The Living History of Providence Academy

The Living History of Providence Academy
A virtual reality experience designed by WSU Vancouver students lets visitors experience the sounds and sights of The Academy as never before.

If Mother Joseph lived in these times, she would probably be CEO of SpaceX, and she’d be preparing to set up camp on a far-away planet right now. As it is, she was certainly a woman before her time. In 1856, she was asked to lead four missionaries from Montreal to help with the diocese in the Pacific Northwest Territories. After arriving in Vancouver, Wash., that same year, she founded the Providence of the Holy Angels. As its leader, she oversaw a convent, novitiate, infirmary, orphanage, boarding and day school, rooms for the elderly and insane, and the first St. Joseph Hospital.

Mother Joseph.
Photo courtesy The Historic Trust

After a long dispute over property ownership at its first settlement, Mother Joseph purchased property, and designed and oversaw the construction of Providence Academy—a new home for the Providence of the Holy Angels. Construction was completed in 1874. Today Providence Academy is owned by The Historic Trust. And the trust is taking steps to preserve both the building and the history that comes with it.

WSU Vancouver students in the Creative Media and Digital Culture program are using technology to ensure visitors to the academy have an opportunity to learn about Mother Joseph and the rich history of the property. “Providence Academy Journey” is an augmented reality application that lets visitors point their smart phone at icons placed throughout the building and interact with videos and graphics that tell a remarkable story. Ten episodes were created in fall semester 2017:

A sneak peak of the "Providence Academy Journey" user interface.
Image courtesy Creative Media and Digital Culture Program
  1. Mother Joseph Diorama tells of the faith and devotion that fueled her efforts to establish Providence Academy.
  2. Bell Tower lets you virtually ring the bell while learning about its transportation, installation and reinstallation.
  3. Sacred Heart Secret Garden invites you to interact with the historically significant treasures buried in a time capsule.
  4. Auditorium shows you the Providence Academy’s residents, their musical productions, celebrations and graduations.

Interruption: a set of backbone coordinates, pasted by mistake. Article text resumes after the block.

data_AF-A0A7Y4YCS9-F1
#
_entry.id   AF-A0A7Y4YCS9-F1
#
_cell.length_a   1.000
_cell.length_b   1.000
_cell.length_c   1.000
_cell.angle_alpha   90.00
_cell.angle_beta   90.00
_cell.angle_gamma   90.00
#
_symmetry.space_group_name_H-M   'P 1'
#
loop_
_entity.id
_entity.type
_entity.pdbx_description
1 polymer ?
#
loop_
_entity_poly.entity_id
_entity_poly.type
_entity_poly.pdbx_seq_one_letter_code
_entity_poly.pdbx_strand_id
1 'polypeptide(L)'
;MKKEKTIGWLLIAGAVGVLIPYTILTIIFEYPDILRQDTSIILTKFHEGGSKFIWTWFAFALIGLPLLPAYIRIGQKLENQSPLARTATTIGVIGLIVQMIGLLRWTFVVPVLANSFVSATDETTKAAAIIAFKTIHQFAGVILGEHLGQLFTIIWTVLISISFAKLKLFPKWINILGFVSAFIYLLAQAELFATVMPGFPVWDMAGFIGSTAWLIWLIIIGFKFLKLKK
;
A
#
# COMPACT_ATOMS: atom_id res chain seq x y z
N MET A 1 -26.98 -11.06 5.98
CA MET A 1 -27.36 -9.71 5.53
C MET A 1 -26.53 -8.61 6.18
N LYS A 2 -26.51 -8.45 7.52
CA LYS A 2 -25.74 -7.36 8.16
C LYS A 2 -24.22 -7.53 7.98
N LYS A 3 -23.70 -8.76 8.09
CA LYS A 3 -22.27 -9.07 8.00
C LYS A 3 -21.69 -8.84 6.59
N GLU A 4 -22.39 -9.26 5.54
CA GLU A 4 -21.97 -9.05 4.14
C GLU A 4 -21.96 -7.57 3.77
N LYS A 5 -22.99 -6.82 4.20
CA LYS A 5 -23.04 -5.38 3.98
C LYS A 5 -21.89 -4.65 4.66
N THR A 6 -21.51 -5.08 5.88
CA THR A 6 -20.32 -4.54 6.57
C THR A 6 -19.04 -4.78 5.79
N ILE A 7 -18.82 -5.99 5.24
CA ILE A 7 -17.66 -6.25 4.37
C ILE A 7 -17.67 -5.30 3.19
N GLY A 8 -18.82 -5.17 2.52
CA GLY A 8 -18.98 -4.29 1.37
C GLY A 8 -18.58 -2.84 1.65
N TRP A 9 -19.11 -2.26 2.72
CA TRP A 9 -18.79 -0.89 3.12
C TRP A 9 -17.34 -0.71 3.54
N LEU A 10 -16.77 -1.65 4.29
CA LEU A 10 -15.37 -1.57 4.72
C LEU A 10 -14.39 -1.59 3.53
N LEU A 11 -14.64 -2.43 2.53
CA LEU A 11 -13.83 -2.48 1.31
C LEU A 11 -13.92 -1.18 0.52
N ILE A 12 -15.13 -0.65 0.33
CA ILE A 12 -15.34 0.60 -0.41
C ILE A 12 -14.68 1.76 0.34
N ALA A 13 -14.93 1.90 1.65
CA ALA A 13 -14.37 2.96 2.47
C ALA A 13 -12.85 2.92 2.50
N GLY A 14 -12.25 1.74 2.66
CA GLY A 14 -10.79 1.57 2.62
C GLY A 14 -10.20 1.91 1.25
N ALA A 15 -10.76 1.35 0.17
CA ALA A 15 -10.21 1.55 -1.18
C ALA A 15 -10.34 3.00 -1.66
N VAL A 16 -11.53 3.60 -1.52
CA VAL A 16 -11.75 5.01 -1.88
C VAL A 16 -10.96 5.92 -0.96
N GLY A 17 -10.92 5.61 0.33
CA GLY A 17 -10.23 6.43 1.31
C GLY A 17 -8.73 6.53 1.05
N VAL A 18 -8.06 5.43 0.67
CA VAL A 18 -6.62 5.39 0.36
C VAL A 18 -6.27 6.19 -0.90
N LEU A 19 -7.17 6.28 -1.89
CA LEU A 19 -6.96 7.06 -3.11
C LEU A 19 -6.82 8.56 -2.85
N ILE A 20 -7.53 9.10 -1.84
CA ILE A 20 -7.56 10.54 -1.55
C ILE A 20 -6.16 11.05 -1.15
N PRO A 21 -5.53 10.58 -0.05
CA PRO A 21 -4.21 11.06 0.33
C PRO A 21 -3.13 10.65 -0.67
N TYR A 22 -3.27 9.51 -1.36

5. Shrine encourages you to light a virtual candle at the beautiful shrine that once stood at Providence Academy.
  6. Private Chambers gives you a never-before-seen peek into Mother Joseph’s personal living quarters.
  7. Staircase teaches you about the beautiful architecture that was also an example of passive air conditioning.
  8. Footsteps of Mother Joseph is an interactive map that depicts Mother Joseph’s many travels.
  9. Re-creation of Surrounding Buildings shows the lost buildings of Providence Academy.
  10. Historical Figures is a timeline of the most influential people in Vancouver’s history.

Projects like Providence Academy are not atypical for students in the Creative Media and Digital Culture program. Led by program Director and Professor Dene Grigar, students in her senior seminar courses have completed augmented reality applications for the Oregon Museum of Science and Industry, the Mount St. Helens Institute and the Museum of the Oregon Territory, among others.

Students work in teams and interact with their clients just as they would in a paid position. They suit up and attend meetings where they pitch their ideas—sometimes in front of a board of directors. They create and send their work for review. They take feedback, incorporate it and troubleshoot glitches. The only difference is, every project must be completed in a 16-week semester. The pressure is on!

CMDC students demonstrate "Providence Academy Journey" in action.
Photo: Dene Grigar

“This is a great example of a partnership that engages people,” said Mike True, president and CEO of The Historic Trust, “’Providence Academy Journey’ has had a great reception. It’s creating buzz about engaging people with history and getting statewide recognition.”

During spring semester, Grigar’s senior seminar students are developing a site-specific game application for The Historic Trust. “It’s sort of ‘Game of Thrones’ meets ‘Pokemon Go,’” said True. The gamification of history is a fun and competitive way to teach visitors about The Historic Trust and its properties. Forty students will put in more than 150 hours each to complete the project this semester. Get ready to play in May 2018.

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About Northwest Crimson & Gray

Northwest Crimson & Gray is the semiannual magazine of WSU Vancouver, produced to highlight the WSU Vancouver community and higher education in Southwest Washington.